There is one thing that I hate in adults above all else - especially teachers. It's not superiority. It's not torrid amounts of homework and other expectations. It's not even pompousness (though that is a close second. Self-importance makes me want to spit).
When you meet an adult, you can tell right away what kind of an adult they are by the way they treat you. If they treat you as an almost-equal, like most normal teachers, who have expectations of you and will not be pitiful if you do not submit your homework on time, then they are respectable adults - at least, they would have your respect.
If they smile a lot and talk to you in a cloying, sweet voice, if they give you super-easy things to do and say "Gooooooood!" when you reach their expectations - they are condescending and I would have just as much respect for them as I would for a spider.
Which is to say - enough to restrain myself from doing what I want to do, but not much.
If I am treated condescendingly, like a little kid that needs to be humoured, then I will not restrain myself in the slightest in giving them a piece of my mind. Or, at least, I wouldn't restrain myself if I could get away with it and not be assailed by all the respectable adults around me. Which, if you have failed to guess - I can't. Never could.
So why this sudden interest in bashing the condescending adults?
Today for jazz class we had a substitute teacher - a ballet teacher standing in for our jazz teacher. And she was horrible. She made us GALLOP IN A CIRCLE! Like three-year-olds! She did some sort of hip shake for a warm up - and the whole "Look up, look straight ahead, look down. Repeat. Look to the right. Look straight ahead. Look to the left. Repeat" neck exercise. Ridiculous! And then - much too soon - she made us do the splits! With hardly any preparation at all! I didn't even try, knowing I would probably bust something without the proper exercises.
I was steaming with negative thoughts by the end of the class, with unused sarcasm and biting words that social normality would bid me not to use. When I went to sleep, I was still imagining using a bit of the Teenager Attitude that, like a kindergarten teacher, she would defend herself against with more condescension and raised eyebrows and a pouty voice. "Now, now, is that any way to speak to me? What will your mother say when she comes to pick you up? Hmmmm?"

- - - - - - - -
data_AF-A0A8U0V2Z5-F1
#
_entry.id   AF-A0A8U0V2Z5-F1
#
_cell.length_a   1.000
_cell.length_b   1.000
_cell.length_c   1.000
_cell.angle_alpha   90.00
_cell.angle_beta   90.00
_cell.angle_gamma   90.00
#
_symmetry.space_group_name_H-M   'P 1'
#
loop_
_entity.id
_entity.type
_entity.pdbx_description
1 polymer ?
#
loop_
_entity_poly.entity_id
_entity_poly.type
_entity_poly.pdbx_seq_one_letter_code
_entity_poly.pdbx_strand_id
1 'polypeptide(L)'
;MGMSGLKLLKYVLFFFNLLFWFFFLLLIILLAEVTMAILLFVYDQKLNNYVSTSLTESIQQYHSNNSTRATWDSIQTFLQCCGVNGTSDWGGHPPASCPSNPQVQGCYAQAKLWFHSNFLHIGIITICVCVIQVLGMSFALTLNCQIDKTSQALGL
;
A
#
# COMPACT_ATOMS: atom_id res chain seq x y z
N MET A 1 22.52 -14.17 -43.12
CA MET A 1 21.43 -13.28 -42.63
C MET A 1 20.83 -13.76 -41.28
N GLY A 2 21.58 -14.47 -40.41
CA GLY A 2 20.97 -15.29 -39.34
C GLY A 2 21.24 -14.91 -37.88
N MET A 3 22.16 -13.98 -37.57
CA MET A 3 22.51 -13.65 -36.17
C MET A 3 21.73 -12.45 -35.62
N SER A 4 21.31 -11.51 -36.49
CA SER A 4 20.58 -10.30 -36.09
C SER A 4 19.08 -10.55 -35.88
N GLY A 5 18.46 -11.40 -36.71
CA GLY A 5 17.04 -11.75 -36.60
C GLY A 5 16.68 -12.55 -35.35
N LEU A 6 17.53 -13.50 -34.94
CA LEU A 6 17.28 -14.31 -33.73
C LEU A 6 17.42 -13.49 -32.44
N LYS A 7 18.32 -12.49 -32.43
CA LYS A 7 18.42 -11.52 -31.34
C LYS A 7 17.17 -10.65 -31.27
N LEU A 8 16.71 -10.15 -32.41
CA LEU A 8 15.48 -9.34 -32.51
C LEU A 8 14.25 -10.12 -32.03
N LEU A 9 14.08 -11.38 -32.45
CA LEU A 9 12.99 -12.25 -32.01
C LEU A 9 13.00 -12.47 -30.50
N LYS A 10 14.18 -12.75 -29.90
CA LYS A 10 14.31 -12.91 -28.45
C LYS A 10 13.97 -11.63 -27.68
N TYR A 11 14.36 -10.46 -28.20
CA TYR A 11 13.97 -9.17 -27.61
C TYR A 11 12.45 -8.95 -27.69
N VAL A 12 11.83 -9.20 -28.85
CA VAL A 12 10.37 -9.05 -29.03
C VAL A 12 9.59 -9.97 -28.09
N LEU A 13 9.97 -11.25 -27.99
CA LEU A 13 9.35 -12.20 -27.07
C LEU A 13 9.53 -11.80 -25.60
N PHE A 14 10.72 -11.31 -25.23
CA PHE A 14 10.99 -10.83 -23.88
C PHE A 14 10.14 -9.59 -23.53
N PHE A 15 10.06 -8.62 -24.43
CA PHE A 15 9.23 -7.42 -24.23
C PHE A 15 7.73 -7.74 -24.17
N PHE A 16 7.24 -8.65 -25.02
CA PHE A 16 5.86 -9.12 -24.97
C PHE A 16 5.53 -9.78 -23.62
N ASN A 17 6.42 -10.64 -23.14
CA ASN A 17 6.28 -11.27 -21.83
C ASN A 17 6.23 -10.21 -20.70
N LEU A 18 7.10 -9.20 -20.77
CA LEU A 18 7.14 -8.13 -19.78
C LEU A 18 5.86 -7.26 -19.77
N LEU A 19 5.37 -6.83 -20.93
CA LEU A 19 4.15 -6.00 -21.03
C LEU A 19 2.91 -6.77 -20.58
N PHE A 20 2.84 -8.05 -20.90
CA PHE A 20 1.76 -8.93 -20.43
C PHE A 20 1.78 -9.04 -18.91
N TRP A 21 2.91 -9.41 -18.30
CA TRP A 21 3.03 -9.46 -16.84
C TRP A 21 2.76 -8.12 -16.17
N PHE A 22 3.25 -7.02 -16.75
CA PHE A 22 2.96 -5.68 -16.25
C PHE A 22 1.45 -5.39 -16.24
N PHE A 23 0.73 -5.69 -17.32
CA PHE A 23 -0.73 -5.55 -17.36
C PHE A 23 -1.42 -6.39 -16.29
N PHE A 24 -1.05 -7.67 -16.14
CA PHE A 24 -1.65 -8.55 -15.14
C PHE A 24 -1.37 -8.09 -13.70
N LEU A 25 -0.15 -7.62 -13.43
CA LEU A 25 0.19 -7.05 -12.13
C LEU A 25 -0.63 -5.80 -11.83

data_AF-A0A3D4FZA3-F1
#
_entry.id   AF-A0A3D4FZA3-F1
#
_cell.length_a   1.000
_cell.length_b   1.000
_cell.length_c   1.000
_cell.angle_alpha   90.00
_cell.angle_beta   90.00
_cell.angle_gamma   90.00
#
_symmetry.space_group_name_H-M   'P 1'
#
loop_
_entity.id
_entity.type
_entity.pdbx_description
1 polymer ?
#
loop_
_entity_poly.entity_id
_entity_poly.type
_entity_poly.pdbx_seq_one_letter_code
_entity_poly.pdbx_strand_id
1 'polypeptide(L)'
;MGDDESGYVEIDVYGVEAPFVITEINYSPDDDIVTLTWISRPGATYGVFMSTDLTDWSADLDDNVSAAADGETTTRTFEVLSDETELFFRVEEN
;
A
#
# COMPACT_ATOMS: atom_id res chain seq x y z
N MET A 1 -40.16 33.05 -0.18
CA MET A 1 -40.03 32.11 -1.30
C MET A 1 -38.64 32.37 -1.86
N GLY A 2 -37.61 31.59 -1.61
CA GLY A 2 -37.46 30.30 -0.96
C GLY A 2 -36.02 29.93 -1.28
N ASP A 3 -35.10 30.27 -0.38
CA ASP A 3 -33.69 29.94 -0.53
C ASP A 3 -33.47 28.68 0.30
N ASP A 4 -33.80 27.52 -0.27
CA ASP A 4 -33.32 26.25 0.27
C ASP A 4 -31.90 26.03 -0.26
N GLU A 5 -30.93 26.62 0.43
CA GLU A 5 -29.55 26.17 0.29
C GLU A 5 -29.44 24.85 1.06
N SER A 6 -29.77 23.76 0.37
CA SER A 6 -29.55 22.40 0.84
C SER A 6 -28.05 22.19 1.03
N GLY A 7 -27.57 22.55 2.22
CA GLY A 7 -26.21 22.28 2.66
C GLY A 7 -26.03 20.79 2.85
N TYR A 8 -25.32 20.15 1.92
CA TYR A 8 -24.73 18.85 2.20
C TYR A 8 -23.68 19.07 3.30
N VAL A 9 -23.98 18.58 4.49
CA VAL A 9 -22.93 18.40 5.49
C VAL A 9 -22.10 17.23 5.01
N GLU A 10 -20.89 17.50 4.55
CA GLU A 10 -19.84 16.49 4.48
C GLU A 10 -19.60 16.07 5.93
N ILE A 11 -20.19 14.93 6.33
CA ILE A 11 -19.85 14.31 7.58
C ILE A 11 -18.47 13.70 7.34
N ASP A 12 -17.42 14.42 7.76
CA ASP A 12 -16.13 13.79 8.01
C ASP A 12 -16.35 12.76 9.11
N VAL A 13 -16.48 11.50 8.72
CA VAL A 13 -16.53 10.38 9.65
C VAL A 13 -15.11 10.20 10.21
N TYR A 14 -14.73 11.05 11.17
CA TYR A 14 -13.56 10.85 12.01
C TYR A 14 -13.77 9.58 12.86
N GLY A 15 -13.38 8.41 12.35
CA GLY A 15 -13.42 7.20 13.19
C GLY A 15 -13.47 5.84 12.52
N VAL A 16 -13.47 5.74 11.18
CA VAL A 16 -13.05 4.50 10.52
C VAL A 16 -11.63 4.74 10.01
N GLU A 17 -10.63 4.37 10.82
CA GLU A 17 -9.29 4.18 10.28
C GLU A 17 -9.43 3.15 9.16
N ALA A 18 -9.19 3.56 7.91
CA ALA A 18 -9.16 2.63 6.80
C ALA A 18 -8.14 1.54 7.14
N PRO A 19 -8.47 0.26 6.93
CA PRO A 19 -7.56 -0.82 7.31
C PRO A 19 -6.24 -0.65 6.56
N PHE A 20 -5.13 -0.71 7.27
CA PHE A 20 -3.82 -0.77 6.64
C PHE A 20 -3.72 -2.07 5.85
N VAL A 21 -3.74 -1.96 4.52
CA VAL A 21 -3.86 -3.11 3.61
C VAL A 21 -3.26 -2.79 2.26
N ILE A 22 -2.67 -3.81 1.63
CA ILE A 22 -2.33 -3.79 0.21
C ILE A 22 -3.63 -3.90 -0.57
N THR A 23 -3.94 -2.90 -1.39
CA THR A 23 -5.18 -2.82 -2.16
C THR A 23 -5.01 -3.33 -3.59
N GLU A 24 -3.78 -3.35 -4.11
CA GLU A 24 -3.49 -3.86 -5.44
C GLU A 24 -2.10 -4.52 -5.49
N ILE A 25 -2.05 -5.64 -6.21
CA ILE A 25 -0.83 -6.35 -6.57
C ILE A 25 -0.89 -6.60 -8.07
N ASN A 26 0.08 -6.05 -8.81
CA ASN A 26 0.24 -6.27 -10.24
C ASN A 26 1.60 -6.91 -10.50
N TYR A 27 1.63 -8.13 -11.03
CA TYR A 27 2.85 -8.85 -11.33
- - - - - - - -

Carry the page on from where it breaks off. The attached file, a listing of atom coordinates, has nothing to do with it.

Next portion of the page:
Actually, this brings up something interesting I saw the other day. I was walking down a locker hallway and up a set of stairs when an adult - a hallway supervisor, I think - and two teenage girls came down the hallway. It went a little something like this:
Supervisor: [coming closer] . . . asked you nicely, but you didn't do as I asked! Now, come this way. [leaning towards stairs.]
Girl #1: [heads further down hallway, against Supervisor's wishes.]
Supervisor: [sounding scandalised] Excuse me? Excuse me? [Obviously trying to retain control as the girl walks farther down the hallway] All right, let's go to the office. [Laying on the superiority.] Excuse me, what's your name . . . ?
I wonder if that girl got away, or if the pressure eventually made her stop and face the You'll Be Sorry You Assumed I Was Just A Lowly Hallway Supervisor, I Know Your Superiors! wrath of the hallway supervisor? It would have been worse the more she'd resisted that adult, but if she'd got away, she may have had temporary relief from the authorities - a rare feeling.
I wonder if she'd started running, in the name of getting away with it, or if she'd continued with the restrained walking, in the name of keeping her dignity and her temporary upper hand over the supervisor?
Stick around for Part Two: What I Hate In People. Other behaviours, like being condescending, that make me want to hit something.